The Most Creative PPC Ads of the Last 10 Years

Pay-per-click (PPC) marketing has boomed in the last decade as more advertisers have discovered the benefits of this unique tool. Rather than a large fee up front, PPC advertisers pay a small fee each time someone clicks their ad. PPC ads on search engines, Facebook, and other popular platforms can move a website to the top of a search results page without having to “earn” the position. It can also give massive returns when done correctly: a brand might pay $3 for a click but make a $300 sale.

Google rewards advertisers that come up with PPC landing pages that are relevant and interesting to visitors by charging them less per ad click. This incentive, combined with the potential high returns of PPC marketing, have sparked great creativity and ingenuity in ad content. As brands compete for top advertising spots on the web, the end results can be impressive. Here are the most creative PPC advertisements of the last ten years.

Terminix.com

Back in 2014, Terminix got creative with its PPC advertising, using the title “You Are Dead Meat” and the description, “Serial termite killers looking for victims. Pathologically deadly.” This creative and comedic ad catches attention and stands out from other pest control ads that may have come up with a Google search. The most successful PPC ads use humor or another unique, eye-catching factor to make the ad pop. Users appreciate a brand’s sense of humor or clever wordplay and are more likely to click on the ad to experience more of the same.

FineAssChocolates.com

As if the name of the company wasn’t enough, this brand went a step further with the content of its PPC ads. When users searched for “Gourmet Chocolates,” the company’s ad came up with the same title. The description, however, gets hilariously creative: “Frosted balls, dingleberries, nutty delights & more. Funny & delicious!” Clearly this website is targeting a specific type of consumer, but the ad may have caught others off guard just enough to reach a new demographic. Piquing the audience’s curiosity with this outrageous ad works in this brand’s favor.

Samsung.com

Back when the iPhone 6s first came out, Samsung.com got courageous with its PPC ads on Google. Anytime a user searched for “iPhone 6s,” a Samsung ad would pop up with the headline, “Awkward You Obviously Mean S6 – Samsung.com.” This humorous competitive ad takes advantage of people searching for the new iPhone without even mentioning the Apple brand. Ingenious! The description takes the opportunity to tell visitors what the Samsung S6 has that the iPhone doesn’t – “Our battery lasts up to 4 hours from only 10 minutes’ charge!” There’s no telling whether this creative and slightly cutthroat PPC ad campaign actually converted iPhone users, but it certainly grabs attention and speaks to Samsung’s clever content.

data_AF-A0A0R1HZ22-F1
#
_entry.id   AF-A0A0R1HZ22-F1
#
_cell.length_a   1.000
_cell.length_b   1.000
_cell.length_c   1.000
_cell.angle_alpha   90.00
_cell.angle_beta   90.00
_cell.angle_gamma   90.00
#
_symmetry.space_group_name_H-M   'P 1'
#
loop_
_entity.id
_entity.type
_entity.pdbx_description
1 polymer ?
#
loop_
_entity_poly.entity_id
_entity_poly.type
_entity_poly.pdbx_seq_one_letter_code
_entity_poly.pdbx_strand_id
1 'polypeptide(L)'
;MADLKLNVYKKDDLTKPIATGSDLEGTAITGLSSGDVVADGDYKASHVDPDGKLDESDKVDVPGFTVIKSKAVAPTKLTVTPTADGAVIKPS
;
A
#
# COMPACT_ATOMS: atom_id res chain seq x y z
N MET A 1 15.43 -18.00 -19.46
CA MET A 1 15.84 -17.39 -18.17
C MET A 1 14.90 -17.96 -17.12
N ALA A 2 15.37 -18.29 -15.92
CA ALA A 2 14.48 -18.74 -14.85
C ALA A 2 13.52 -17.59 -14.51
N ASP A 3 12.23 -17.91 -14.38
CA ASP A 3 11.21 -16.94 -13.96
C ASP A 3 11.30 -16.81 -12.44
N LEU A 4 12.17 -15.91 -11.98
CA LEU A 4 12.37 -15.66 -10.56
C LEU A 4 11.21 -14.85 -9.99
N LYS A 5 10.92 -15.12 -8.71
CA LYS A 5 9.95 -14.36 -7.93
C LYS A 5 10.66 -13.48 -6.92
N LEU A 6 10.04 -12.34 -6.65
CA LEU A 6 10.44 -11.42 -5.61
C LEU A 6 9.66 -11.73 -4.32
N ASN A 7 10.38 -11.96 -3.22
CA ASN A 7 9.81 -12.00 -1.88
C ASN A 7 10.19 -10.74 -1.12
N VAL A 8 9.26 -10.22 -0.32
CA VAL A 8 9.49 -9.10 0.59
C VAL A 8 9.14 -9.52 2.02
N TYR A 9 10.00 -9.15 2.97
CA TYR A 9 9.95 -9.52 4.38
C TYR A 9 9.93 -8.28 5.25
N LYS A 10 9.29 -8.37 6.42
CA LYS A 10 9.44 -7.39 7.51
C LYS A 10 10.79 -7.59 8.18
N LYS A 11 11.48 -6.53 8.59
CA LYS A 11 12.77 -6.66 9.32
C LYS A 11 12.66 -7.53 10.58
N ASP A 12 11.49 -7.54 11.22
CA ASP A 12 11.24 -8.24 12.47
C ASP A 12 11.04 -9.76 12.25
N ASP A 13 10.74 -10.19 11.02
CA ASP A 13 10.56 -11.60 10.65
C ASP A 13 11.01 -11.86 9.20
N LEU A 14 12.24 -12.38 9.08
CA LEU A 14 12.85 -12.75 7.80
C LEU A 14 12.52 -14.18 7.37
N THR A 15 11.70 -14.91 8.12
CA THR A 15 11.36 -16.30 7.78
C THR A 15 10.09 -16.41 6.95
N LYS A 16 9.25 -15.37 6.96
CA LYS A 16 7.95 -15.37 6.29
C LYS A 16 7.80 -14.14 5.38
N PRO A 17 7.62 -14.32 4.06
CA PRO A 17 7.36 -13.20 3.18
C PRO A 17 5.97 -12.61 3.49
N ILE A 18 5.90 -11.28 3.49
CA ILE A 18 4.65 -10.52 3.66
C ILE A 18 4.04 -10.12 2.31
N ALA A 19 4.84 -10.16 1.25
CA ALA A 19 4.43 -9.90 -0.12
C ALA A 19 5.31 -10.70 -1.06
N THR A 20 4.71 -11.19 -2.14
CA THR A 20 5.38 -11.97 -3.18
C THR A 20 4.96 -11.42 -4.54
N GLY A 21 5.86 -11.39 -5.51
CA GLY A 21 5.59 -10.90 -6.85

BP.com

While this PPC ad isn’t funny, it does make smart use of a current event. During the disastrous BP oil spill of 2010, searching “oil spill” came up with this PPC ad from BP.com: “BP Oil Spill Response,” with the description “Info about the Gulf of Mexico spill. Learn more about how BP is helping.” This ad may have helped cool down heated feelings toward the company during this tumultuous time. Despite the clever timing and content of the ad, however, BP spent about one million on the PPC in less than one month. This is an example of poor PPC execution but good creative ad content.

Yourenotyouwhenyourehungry.com

The well-known Snickers ad campaign, “You’re not you when you’re hungry,” got ultra-clever when using Google Adwords. This brand took advantage of users misspelling their search terms, creating a campaign using the top 500 search terms and generating a list of 25,381 misspellings using an algorithm. Whenever a user searched one of these misspelled words, the PPC ad from Snickers popped up with the misspelled word and funny description: “Yu cant spel properlie wen hungrie Grab yourself a Snikkers.” This funny and super creative ad campaign is sure to make users chuckle and appreciate Snickers’ smart choice to capitalize on common user mistakes.

AlecBrownstein.com

In 2009, a senior copywriter named Alec Brownstein used Google Adwords to get himself a new job with the top five creative directors in the U.S. He bid on their names under the assumption that they would Google themselves and see his ad. And he was right! Four out of the five directors contacted Alec Brownstein, and two offered him a job after an interview. An example of the ad using one of the director’s names: “Hey, Ian Reichenthal. Googling yourself is a lot of fun. Hiring me is fun, too.” This ad took some gumption but clearly worked out in the advertiser’s favor. The best part is, the ads only cost him $6 as the price per click was just $0.13.

PPC advertisers can see hefty profits with the right campaigns. A lot goes into PPC landing pages and ad groups before the public sees them. The top tip when creating a PPC ad campaign is to remember that a little creativity goes a long way.